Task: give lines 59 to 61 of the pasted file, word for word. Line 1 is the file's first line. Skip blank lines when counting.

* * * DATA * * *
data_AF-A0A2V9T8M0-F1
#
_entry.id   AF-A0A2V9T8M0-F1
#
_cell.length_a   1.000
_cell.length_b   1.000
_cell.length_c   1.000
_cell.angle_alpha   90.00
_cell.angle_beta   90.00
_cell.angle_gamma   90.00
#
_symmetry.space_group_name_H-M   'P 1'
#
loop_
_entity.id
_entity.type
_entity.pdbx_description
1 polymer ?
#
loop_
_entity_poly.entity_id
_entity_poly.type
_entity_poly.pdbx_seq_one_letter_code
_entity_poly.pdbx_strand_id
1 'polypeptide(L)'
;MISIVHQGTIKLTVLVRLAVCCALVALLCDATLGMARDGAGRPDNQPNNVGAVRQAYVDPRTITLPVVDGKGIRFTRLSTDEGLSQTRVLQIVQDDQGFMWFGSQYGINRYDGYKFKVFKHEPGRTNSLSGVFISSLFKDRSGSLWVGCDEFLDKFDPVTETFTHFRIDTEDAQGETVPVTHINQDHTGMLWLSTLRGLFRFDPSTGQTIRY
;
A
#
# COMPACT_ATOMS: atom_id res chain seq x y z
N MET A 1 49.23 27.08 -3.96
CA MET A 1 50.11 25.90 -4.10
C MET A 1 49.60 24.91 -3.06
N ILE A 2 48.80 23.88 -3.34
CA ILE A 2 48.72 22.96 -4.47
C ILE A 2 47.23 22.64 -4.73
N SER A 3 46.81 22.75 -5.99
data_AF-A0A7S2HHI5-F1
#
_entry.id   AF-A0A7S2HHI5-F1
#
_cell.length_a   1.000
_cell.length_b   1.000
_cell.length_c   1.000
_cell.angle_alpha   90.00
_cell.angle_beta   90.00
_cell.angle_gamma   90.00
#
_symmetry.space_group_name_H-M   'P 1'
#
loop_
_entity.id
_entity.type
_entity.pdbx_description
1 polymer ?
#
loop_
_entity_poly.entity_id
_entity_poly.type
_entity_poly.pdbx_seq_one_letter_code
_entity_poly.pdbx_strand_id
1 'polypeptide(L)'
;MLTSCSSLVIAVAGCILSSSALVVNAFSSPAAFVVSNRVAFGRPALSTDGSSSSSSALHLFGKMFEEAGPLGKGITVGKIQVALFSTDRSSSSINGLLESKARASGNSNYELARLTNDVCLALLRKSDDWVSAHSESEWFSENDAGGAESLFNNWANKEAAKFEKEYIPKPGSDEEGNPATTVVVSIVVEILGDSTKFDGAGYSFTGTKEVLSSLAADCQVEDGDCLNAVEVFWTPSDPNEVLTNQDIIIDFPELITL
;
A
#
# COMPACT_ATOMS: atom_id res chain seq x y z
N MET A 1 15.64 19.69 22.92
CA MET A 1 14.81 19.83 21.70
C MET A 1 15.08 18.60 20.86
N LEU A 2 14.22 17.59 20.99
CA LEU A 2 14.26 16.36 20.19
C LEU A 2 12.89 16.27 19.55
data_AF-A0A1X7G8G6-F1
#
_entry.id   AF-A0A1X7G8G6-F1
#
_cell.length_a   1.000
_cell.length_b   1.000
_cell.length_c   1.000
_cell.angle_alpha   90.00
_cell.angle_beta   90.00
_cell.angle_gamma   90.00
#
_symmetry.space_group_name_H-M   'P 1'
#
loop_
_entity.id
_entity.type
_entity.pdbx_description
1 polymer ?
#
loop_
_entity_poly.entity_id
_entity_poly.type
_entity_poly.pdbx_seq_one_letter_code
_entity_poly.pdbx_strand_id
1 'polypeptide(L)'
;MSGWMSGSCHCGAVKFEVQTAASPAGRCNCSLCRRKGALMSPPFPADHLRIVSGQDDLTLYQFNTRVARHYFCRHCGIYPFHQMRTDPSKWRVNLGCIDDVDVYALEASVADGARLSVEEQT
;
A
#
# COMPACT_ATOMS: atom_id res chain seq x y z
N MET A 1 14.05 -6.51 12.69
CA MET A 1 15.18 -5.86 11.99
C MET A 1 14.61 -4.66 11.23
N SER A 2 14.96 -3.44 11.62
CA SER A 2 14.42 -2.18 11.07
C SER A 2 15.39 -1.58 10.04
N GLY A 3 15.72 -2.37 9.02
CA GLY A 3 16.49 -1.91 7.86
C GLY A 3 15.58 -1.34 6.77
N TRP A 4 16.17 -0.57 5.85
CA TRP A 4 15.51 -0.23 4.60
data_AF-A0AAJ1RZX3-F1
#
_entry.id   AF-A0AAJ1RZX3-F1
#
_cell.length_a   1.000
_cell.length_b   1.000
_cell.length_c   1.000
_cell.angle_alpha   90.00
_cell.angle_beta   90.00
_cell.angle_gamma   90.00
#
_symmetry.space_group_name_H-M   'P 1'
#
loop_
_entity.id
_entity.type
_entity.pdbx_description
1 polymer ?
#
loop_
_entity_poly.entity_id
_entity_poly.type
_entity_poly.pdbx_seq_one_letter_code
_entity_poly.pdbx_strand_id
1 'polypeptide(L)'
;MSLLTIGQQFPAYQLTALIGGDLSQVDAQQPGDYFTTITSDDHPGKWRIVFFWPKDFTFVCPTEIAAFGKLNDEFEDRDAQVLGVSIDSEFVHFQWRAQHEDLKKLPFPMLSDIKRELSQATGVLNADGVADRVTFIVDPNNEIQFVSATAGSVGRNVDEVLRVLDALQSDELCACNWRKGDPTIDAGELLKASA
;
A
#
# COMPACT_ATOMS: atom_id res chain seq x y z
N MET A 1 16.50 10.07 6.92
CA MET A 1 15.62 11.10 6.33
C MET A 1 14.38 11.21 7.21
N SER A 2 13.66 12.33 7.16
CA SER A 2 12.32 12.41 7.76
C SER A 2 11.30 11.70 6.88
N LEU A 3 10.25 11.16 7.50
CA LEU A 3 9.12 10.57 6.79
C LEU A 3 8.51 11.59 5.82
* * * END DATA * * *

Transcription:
_entity_poly.type
_entity_poly.pdbx_seq_one_letter_code
_entity_poly.pdbx_strand_id